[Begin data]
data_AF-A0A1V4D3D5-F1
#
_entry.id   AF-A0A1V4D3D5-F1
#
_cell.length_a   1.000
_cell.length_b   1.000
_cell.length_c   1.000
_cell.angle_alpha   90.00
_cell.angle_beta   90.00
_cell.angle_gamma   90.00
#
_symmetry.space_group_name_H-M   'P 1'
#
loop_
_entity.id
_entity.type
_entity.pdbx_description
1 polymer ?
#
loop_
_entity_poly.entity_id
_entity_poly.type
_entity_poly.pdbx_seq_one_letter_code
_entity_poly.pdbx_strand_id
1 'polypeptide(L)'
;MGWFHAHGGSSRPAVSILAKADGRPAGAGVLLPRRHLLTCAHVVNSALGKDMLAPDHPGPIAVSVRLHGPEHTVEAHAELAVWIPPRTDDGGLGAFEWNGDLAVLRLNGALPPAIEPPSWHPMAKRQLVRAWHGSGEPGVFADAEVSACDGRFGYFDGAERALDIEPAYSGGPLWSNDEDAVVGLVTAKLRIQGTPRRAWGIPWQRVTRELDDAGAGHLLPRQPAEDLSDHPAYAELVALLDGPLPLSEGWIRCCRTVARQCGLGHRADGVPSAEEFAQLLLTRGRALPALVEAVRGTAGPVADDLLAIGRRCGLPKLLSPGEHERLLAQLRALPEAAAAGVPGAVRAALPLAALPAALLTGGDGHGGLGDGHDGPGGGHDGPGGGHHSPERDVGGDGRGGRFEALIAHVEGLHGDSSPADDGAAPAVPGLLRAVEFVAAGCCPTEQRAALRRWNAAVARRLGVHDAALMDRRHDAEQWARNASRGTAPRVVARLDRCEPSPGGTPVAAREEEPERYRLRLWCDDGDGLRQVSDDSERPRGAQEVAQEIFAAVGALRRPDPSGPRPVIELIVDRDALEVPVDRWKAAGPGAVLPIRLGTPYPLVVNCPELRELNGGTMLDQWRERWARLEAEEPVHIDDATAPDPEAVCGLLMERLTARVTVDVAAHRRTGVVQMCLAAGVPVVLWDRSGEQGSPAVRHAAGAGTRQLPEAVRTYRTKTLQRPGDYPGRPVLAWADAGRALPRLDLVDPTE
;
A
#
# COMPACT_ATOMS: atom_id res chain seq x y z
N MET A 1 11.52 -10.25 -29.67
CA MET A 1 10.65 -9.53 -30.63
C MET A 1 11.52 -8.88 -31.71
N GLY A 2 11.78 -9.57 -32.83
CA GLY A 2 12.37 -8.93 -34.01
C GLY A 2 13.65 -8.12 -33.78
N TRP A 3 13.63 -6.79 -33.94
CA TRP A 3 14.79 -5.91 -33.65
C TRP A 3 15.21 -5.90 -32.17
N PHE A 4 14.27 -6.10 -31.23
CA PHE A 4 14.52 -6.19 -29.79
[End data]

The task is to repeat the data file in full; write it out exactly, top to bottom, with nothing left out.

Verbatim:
data_AF-A0A1V4D3D5-F1
#
_entry.id   AF-A0A1V4D3D5-F1
#
_cell.length_a   1.000
_cell.length_b   1.000
_cell.length_c   1.000
_cell.angle_alpha   90.00
_cell.angle_beta   90.00
_cell.angle_gamma   90.00
#
_symmetry.space_group_name_H-M   'P 1'
#
loop_
_entity.id
_entity.type
_entity.pdbx_description
1 polymer ?
#
loop_
_entity_poly.entity_id
_entity_poly.type
_entity_poly.pdbx_seq_one_letter_code
_entity_poly.pdbx_strand_id
1 'polypeptide(L)'
;MGWFHAHGGSSRPAVSILAKADGRPAGAGVLLPRRHLLTCAHVVNSALGKDMLAPDHPGPIAVSVRLHGPEHTVEAHAELAVWIPPRTDDGGLGAFEWNGDLAVLRLNGALPPAIEPPSWHPMAKRQLVRAWHGSGEPGVFADAEVSACDGRFGYFDGAERALDIEPAYSGGPLWSNDEDAVVGLVTAKLRIQGTPRRAWGIPWQRVTRELDDAGAGHLLPRQPAEDLSDHPAYAELVALLDGPLPLSEGWIRCCRTVARQCGLGHRADGVPSAEEFAQLLLTRGRALPALVEAVRGTAGPVADDLLAIGRRCGLPKLLSPGEHERLLAQLRALPEAAAAGVPGAVRAALPLAALPAALLTGGDGHGGLGDGHDGPGGGHDGPGGGHHSPERDVGGDGRGGRFEALIAHVEGLHGDSSPADDGAAPAVPGLLRAVEFVAAGCCPTEQRAALRRWNAAVARRLGVHDAALMDRRHDAEQWARNASRGTAPRVVARLDRCEPSPGGTPVAAREEEPERYRLRLWCDDGDGLRQVSDDSERPRGAQEVAQEIFAAVGALRRPDPSGPRPVIELIVDRDALEVPVDRWKAAGPGAVLPIRLGTPYPLVVNCPELRELNGGTMLDQWRERWARLEAEEPVHIDDATAPDPEAVCGLLMERLTARVTVDVAAHRRTGVVQMCLAAGVPVVLWDRSGEQGSPAVRHAAGAGTRQLPEAVRTYRTKTLQRPGDYPGRPVLAWADAGRALPRLDLVDPTE
;
A
#
# COMPACT_ATOMS: atom_id res chain seq x y z
N MET A 1 11.52 -10.25 -29.67
CA MET A 1 10.65 -9.53 -30.63
C MET A 1 11.52 -8.88 -31.71
N GLY A 2 11.78 -9.57 -32.83
CA GLY A 2 12.37 -8.93 -34.01
C GLY A 2 13.65 -8.12 -33.78
N TRP A 3 13.63 -6.79 -33.94
CA TRP A 3 14.79 -5.91 -33.65
C TRP A 3 15.21 -5.90 -32.17
N PHE A 4 14.27 -6.10 -31.23
CA PHE A 4 14.52 -6.19 -29.79